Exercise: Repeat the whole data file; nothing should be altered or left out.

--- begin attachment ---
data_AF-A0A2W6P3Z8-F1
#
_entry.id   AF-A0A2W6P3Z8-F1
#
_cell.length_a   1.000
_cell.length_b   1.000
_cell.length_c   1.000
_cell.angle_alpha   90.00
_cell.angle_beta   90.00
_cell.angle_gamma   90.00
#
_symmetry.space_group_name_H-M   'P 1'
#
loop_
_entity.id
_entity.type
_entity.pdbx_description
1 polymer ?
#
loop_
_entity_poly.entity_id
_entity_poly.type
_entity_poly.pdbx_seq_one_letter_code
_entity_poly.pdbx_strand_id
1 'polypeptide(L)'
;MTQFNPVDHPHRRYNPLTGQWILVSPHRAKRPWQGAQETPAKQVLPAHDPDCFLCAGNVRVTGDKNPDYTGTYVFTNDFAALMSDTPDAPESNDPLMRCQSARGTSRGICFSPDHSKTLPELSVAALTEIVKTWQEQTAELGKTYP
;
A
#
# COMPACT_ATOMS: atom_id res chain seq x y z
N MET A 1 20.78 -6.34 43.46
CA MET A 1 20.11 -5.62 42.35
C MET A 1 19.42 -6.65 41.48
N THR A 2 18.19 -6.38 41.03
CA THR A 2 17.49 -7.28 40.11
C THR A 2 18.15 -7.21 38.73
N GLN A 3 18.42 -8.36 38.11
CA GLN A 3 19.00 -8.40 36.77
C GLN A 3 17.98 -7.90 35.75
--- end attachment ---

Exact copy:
data_AF-A0A2W6P3Z8-F1
#
_entry.id   AF-A0A2W6P3Z8-F1
#
_cell.length_a   1.000
_cell.length_b   1.000
_cell.length_c   1.000
_cell.angle_alpha   90.00
_cell.angle_beta   90.00
_cell.angle_gamma   90.00
#
_symmetry.space_group_name_H-M   'P 1'
#
loop_
_entity.id
_entity.type
_entity.pdbx_description
1 polymer ?
#
loop_
_entity_poly.entity_id
_entity_poly.type
_entity_poly.pdbx_seq_one_letter_code
_entity_poly.pdbx_strand_id
1 'polypeptide(L)'
;MTQFNPVDHPHRRYNPLTGQWILVSPHRAKRPWQGAQETPAKQVLPAHDPDCFLCAGNVRVTGDKNPDYTGTYVFTNDFAALMSDTPDAPESNDPLMRCQSARGTSRGICFSPDHSKTLPELSVAALTEIVKTWQEQTAELGKTYP
;
A
#
# COMPACT_ATOMS: atom_id res chain seq x y z
N MET A 1 20.78 -6.34 43.46
CA MET A 1 20.11 -5.62 42.35
C MET A 1 19.42 -6.65 41.48
N THR A 2 18.19 -6.38 41.03
CA THR A 2 17.49 -7.28 40.11
C THR A 2 18.15 -7.21 38.73
N GLN A 3 18.42 -8.36 38.11
CA GLN A 3 19.00 -8.40 36.77
C GLN A 3 17.98 -7.90 35.75